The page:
But at least it is starting to look like a shed. The next post will show the roof and boarding, just as soon as I’ve sourced these! Whilst I don’t have prices for these yet I’m expecting the whole barn to cost around £1500 – £2000 which I don’t think is too bad for a 12m x 5m barn. It could be built for half of this by careful sourcing of things like second hand roofing sheets etc.
Disclaimer; I am not a structural engineer or a builder so the whole project is more ‘belt and braces’ than calculations and you should not rely on my design for your own building!
The photo above shows the new sun-room from the back; the wood cladding is Accoya, a preserved timber, that is meant to last for 60 years and is very stable in wet weather. The gutters will be replaced with something more sympathetic when we get round to painting the rest of the house! You can just see the new solar hot water panels on the far roof of the house. The windows were supplied by the Danish company Rationel Windows.
In view of the extreme weather in Wales we sourced the aluminium bifold doors from Solarlux in Germany.
The new entrance into the new porch provides a storage area for coats and shoes etc. To the rear is the new utility room housing the boiler for the underfloor heating etc. There is an external log store.
Barry Wade of Wade Furniture, a local cabinet maker, made and fitted the new kitchen for us.
The living area had to have sufficient space for our Quad ELS63 loudspeakers made by Quad hifi in 1963! The office area above is accessed by the new spiral stairs.
The Spiral Stairs were made by Woodside Joinery, Cwmbran. Their workmanship was first class. The underfloor heating manifold has yet to be ‘boxed in’ i.e. when John gets round to it!
The sun room with its views down the valley has proved to be John’s favourite room. It is a lovely light, airy room.
The sunroom also provides plenty of storage for our books.
The new ensuite shower room has John’s niches in the wall for shampoo etc as he hates those wire basket things!
So there you have it 7 months of building work, a lot of expense but we have a lovely warm environmentally friendly house that we love. Now John just needs to get on with the outside!
Happy New Year. Well it’s 2013 and the blog has suffered because we’ve been hunkered down for the cold weather in our temporary accommodation. The building work was meant to be finished by the end of November but has been delayed by the anhydrite screed not drying out fast enough. It was meant to take 60 days but has still been measuring around 12% moisture in places. It needs to be around 0.5% for tiling. However, after spending the Christmas break grinding off the top surface of the screed with a grinder it has started to dry quite quickly and we are hoping that the builders can start tiling the floors on their return after the New Year break.
The photos below are now out of date but show some of the progress since the last posting.
By the beginning of August 2012 the concrete has been poured into the footings, the below ground block work done, the slab poured and block work is starting to rise above ground.
Meanwhile inside the original bathroom floor for some inexplicable reason was finished above the height of the bedroom floor. This means that the bathroom floor needs to be broken up to lay a new slab at the correct height. It turns out to be fortuitous as the subfloor is full of water from a leaking pipe.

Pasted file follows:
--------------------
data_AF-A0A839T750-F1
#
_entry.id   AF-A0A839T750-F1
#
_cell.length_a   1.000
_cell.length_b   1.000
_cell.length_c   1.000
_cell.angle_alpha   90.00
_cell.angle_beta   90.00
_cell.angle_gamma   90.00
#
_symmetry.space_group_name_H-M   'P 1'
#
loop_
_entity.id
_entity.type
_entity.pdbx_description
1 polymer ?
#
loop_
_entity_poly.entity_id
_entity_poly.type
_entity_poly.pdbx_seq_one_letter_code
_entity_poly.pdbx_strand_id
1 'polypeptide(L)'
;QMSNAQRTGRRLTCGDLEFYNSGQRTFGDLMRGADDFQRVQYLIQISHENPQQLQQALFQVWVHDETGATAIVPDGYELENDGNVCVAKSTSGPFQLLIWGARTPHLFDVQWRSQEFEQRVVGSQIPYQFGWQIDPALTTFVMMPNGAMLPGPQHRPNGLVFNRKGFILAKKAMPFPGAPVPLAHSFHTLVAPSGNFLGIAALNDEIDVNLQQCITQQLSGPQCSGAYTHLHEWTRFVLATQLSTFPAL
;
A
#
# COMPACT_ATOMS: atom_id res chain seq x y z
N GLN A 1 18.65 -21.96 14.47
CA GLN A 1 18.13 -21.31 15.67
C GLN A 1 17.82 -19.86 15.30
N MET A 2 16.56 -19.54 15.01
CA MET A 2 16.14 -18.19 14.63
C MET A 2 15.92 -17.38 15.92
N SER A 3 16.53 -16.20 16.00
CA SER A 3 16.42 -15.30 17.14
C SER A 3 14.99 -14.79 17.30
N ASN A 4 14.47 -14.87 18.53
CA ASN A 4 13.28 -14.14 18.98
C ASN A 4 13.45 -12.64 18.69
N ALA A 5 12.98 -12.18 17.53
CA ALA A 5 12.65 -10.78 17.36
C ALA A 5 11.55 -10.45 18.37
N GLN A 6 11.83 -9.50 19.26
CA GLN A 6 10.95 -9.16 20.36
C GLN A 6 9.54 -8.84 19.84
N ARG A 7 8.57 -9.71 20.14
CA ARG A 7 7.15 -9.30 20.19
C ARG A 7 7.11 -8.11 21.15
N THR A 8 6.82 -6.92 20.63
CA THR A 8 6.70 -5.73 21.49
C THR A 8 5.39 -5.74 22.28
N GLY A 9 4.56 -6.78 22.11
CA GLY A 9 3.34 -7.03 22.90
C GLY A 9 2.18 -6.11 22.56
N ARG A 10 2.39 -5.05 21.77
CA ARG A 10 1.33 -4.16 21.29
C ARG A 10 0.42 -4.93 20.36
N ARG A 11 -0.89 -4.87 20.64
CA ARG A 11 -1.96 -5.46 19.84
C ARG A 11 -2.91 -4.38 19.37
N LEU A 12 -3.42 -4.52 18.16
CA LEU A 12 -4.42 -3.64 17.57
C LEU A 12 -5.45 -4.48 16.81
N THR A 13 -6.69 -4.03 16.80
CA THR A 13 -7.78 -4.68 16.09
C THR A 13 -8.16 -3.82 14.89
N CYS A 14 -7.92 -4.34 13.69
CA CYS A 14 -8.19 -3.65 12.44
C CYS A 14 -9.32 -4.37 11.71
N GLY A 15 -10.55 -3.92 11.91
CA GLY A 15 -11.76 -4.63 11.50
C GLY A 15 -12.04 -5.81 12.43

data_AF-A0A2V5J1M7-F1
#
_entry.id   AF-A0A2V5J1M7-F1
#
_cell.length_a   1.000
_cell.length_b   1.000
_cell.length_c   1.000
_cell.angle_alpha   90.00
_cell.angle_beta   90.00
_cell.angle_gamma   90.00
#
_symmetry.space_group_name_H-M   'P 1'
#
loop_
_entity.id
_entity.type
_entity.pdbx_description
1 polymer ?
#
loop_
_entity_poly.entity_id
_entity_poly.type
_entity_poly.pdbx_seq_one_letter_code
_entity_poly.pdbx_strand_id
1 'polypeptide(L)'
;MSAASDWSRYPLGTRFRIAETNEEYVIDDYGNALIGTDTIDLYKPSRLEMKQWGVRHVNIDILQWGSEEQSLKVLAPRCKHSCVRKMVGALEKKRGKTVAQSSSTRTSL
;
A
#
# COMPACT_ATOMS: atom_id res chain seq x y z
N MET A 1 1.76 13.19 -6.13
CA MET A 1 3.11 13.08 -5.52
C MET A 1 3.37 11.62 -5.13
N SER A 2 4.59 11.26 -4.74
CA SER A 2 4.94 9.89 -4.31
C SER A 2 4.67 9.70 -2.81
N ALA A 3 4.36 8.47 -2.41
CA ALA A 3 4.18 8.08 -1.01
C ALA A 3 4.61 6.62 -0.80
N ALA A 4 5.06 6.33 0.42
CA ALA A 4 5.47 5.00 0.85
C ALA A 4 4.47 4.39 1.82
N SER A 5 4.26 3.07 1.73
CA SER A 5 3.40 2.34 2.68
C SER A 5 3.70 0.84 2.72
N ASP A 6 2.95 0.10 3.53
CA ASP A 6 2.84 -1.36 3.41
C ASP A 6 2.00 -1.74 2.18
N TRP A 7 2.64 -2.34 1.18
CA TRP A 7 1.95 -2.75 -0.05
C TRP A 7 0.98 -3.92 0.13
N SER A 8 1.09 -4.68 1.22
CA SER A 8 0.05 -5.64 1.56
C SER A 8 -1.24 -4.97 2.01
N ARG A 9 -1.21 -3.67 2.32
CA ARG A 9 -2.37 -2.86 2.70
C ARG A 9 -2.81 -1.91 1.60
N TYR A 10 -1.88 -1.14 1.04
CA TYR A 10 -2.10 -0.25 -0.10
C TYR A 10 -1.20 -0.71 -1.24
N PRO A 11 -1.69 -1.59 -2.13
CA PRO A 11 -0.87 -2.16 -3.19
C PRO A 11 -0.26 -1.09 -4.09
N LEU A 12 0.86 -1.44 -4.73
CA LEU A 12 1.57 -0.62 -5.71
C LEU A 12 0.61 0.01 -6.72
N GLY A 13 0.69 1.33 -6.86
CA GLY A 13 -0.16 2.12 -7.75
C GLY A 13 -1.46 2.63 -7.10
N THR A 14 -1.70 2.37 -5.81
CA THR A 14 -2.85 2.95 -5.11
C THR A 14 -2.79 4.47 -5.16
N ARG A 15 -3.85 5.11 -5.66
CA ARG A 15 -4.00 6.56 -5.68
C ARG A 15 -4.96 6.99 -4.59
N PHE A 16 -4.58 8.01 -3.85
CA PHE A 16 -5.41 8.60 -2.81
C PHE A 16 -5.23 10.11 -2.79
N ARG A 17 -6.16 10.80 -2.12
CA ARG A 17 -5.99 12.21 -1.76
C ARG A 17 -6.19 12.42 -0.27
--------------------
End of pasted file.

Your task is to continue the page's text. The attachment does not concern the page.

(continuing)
The builders Jones and Maher of Carmarthen have continued demolishing the interior of the house and by the first week in July they had inserted the new structural steelwork to support the new mezzanine level and where we are extending our bedroom into the existing bathroom (which is really too large).
John tends to see Phil the site foreman most days and we’re pretty sure that he (Phil) now thinks that he has a client with OCD. We’ve spent the best part of a year planning this work to include the extensions, underfloor heating, increased insulation in the floors and vaulted roof, solar hot water, and a new kitchen (as we are relocating some of the old one into the utility room). So getting is a ‘right’ as possible is one of our main aims.
Much of our time is spent just trying to think ahead; for instance it is necessary to decide on the floor finishes as the finished floor heights for the extensions will need to be calculated taking these into account. As the windows and front doors are being ordered from Rationel, a Danish company (with manufacturing plant in Poland) and come pre finished it is necessary to decide on colours at the outset; so that they can be ordered in advance to arrive at the correct time.
Of course having decided to start work in summer the weather has remained extremely wet, which hasn’t helped with digging the foundations for the new extensions.
The new concrete is then ‘tied’ to the existing footings by inserting and resin bonding steel bar into the original concrete foundations.
After moving here to Wales we had the idea of building a porch to help reduce the draught into the house in Winter. This was quickly followed by the idea of building a ‘sun room’ on the other side of the house. Oh how naive we were!!
Realising that this needed to be done well we set out to find someone to could put our ideas on paper. This lead us to local architects Llewelyn Lewis Sennik (Gareth and Anita) who also concluded that if we were going that far we might as well have a Utility Room as well and also do any other upgrading at the same time.
We did consider installing a ground source heat pump but ultimately decided against this on the grounds of cost. As we already have solar PV providing some free electric and indexed linked payments of around £1500 per annum and our own woodland providing us with free wood for the woodburner we decided that a few hundred pounds of oil a year will be all that is needed to keep us warm in the coldest periods (I think that is what economists call a cost benefit analysis!) with all the extra insulation we are installing. I estimate that we should receive around £600 or £700 a year more in payments for the PV panels and solar HW than we will payout in energy costs.
To cut a long story short, after a 6 month battle with the planners (including having to employ Planning Consultants) we ended up with Planning Permission to build two contemporary timber clad extensions. In addition we would ‘gut’ the house to add underfloor heating throughout, upgrade the already good insulation to ‘super standard’ and refit most of the house. In addition we would be improving the heating and fitting Solar Hot Water Panels to compliment our recently fitted solar PV Panels.
So after 18 months of design, trauma and an ever increasing budget we moved out of the house on the 11th June 2012 (into rented accommodation) and the builders moved in to start gutting what most people would see as a perfectly adequate dwelling. Mad or what?
And after a week or so the builders stripped out the house now the long process of putting it back together starts! It now looks like the photo below.